(Scored out of ten; below 5 = not worth seeing, 6 = ok, 7 = good, 8 = great, 9 = fantastic, 10 = next to perfect)
Not having seen the original Robocop I came into this version with fresh eyes, and I believe my experience was all the better for it. Director Jose Padilha’s reboot was not perfect by any means but it was a nice departure from the all too similar cgi fests audiences are accustomed to today. Mixing in deep character development, some intense visuals (those lungs!) and a fantastic thematic core that strikes a chord with those in the know of today’s political landscape. Throw in some solid performances all around and you have yourself a good time at the movies. Joel Kinnaman, Gary Oldman, Michael Keaton, Jay Baruchel, Abbie Cornish, Michael K Williams and Samuel L Jackson make up the main cast of the 2014 reboot.
Let’s begin with the good. As mentioned, “Robocop” is filled with a fantastic cast and they all do a pretty good job with the material. Kinnaman does a decent job as Alex Murphy in my opinion, his transition from undercover cop to dedicated father to mindless robot is a testament to his versatility. While his performance won’t blow anybody away he gives more than a serviceable performance. Abbie Cornish is not given much as Clara Murphy but she does play the concerned wife and mother quite convincingly. Michael Keaton and Jackie Earle Haley do their characters justice but they just were not all that menacing and in all fairness the writing did not ask them to be. This is one of the main concerns I had with the film but we will get into that later.
The real standouts of the supporting cast however are Oldman and Jackson. Both turn in stellar performances. Gary Oldman’s turn as Dr. Dennett Norton was the heart of the movie in my eyes. He starts off with pure dedication in his sights only to see his passion turn to overzealous corruption, it is quite an arc. Sam brings his usual “badassery” to the plate and provides the film with the majority of its laughs. Acting as the voice of the public Jackson’s Pat Novak is meant to mirror the corrupt news networks of today. Choosing to show only the images that help push whatever agenda the network is currently aligned with. Sam Jackson does a fantastic job imbuing the movie with a sense of humor while conveying real world issues.
The action scenes were few and far between but they were pretty good in comparison to the standard movie fare. Each action beat was up close and personal, giving me great claustrophobic sense. It made me feel like the action was taking place right in front of me. The way Murphy was torn into in certain scenes was quite brutal but incredibly enrapturing. While not as bombastic as the end sequence of “The Avengers” the few fight sequences we got were a pleasure to see.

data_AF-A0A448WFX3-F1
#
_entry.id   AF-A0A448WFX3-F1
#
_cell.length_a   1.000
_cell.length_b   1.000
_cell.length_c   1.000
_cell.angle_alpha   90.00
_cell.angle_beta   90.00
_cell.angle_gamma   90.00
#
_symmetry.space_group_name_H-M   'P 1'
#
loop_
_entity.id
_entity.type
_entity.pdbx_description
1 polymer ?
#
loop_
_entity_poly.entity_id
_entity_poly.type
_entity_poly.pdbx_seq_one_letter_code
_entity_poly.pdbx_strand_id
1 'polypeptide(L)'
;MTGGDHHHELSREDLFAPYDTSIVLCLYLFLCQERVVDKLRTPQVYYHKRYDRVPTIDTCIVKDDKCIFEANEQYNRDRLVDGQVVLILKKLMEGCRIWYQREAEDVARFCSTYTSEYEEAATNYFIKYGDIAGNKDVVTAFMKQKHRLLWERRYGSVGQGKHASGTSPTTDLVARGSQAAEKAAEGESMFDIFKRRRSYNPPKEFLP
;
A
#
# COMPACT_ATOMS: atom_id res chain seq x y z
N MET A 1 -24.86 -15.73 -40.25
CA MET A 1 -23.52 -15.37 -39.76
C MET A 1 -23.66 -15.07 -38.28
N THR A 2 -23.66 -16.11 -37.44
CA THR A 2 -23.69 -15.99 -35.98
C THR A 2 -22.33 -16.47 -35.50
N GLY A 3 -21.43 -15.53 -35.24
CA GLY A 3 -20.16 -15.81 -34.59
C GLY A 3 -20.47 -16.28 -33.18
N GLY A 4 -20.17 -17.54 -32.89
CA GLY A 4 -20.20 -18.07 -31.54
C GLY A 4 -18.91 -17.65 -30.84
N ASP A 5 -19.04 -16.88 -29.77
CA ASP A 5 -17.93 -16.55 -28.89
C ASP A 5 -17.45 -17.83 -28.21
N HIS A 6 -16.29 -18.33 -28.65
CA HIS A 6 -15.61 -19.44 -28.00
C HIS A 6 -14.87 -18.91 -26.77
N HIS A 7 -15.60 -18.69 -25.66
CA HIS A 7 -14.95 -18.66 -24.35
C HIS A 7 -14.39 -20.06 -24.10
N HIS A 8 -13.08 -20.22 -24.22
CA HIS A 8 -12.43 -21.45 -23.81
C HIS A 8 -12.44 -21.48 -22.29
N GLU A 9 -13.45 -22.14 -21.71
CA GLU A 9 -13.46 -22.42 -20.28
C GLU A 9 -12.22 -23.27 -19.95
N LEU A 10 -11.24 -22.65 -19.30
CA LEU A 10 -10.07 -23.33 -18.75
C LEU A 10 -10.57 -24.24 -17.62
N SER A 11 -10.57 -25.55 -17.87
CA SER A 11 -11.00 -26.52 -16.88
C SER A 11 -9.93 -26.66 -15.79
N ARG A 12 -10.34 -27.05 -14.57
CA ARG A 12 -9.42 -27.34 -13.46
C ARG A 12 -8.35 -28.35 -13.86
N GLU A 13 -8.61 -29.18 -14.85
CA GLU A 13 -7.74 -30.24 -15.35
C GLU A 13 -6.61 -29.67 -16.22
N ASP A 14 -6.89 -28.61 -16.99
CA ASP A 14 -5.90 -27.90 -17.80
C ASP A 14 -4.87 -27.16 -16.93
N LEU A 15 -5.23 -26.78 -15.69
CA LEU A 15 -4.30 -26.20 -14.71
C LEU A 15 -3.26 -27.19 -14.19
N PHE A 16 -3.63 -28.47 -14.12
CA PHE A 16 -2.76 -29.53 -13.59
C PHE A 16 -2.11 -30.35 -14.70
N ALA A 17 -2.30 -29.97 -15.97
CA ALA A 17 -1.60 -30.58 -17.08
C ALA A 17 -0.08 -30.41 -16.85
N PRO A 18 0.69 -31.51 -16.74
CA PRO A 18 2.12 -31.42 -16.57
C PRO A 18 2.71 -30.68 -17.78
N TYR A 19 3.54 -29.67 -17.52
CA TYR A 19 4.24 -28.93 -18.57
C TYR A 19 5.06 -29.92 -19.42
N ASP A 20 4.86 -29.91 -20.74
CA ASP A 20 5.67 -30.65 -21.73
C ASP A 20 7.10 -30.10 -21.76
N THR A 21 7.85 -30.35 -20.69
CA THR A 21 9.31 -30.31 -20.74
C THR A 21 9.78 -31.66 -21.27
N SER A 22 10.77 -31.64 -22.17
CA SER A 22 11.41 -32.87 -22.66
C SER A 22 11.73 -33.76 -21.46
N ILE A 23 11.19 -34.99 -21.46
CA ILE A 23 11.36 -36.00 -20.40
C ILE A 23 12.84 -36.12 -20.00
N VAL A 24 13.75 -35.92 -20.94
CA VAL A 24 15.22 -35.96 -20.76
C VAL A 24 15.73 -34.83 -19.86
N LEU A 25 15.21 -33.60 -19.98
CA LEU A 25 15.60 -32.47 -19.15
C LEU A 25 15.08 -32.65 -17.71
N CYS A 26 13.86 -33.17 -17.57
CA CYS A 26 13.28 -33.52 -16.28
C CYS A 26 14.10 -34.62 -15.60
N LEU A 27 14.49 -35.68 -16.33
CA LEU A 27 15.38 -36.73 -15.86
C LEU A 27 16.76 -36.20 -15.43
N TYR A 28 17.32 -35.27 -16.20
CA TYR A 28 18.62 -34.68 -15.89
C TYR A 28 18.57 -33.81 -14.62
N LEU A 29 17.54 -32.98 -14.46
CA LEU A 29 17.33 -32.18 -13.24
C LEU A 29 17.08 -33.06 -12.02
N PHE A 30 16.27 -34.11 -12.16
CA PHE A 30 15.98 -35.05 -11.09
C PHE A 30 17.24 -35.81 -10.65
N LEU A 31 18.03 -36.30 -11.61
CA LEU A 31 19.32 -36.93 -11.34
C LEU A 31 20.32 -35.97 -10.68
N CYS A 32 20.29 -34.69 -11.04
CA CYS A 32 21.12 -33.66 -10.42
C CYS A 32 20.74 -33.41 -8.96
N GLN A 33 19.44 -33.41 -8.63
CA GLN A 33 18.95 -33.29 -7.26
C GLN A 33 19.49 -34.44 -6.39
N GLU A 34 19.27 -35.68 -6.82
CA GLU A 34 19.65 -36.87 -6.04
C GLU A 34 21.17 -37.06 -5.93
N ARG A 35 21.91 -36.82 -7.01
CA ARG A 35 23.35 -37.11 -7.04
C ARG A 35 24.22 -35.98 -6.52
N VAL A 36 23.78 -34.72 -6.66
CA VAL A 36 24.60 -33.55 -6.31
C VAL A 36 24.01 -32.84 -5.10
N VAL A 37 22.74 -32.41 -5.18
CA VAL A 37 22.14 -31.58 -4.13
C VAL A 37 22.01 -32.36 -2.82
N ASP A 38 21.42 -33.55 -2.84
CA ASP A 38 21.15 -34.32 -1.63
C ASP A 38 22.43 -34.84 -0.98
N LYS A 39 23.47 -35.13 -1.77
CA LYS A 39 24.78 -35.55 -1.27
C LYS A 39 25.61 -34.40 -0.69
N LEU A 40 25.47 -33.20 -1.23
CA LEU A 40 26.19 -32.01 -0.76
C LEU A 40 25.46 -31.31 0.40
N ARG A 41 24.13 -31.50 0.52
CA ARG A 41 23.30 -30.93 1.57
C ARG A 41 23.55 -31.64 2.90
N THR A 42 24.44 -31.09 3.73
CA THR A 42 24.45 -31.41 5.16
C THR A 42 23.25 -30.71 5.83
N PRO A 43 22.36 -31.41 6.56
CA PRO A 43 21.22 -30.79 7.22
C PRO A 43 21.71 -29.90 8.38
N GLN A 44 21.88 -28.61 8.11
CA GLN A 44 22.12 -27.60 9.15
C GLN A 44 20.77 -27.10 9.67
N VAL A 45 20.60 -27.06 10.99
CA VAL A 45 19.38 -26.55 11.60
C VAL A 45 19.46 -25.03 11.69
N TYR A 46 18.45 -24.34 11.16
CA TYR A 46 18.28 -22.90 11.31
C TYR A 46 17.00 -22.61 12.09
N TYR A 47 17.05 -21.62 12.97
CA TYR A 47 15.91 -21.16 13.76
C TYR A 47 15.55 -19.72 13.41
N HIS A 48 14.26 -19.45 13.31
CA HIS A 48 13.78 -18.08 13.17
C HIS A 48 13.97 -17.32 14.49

The most intriguing part of the movie had to be the overarching theme of political corruption and propaganda media. This is especially relevant to our modern society and Padilha does a fantastic job bringing these issues to life on screen.
Finally, we move on to the negatives. While I did not find a ton of flaws with the film there were a few things I took issue with, one being the aforementioned lack of menace. There is no real villain in the film, unless you count every day crime. Keaton and Haley do emerge as a threat at the tail end of the movie but even than there purpose wasn’t entirely benevolent, just really selfish. Aside from that, an additional action scene would have been appreciated just to show off a bit more of what Murphy was capable of. Had these two issues been addressed I would be completely satisfied.
For those looking for an action film with some intelligence look no further than Robocop. Jose Padilha manages to inject some incredibly relevant social commentary in a film most wrote off as a cheap cash grab. Robocop offers some solid performances by the majority of its cast and should leave audiences thinking about our current situation. All in all I give Robocop a big 7.5 out of 10. It was a really enjoyable film.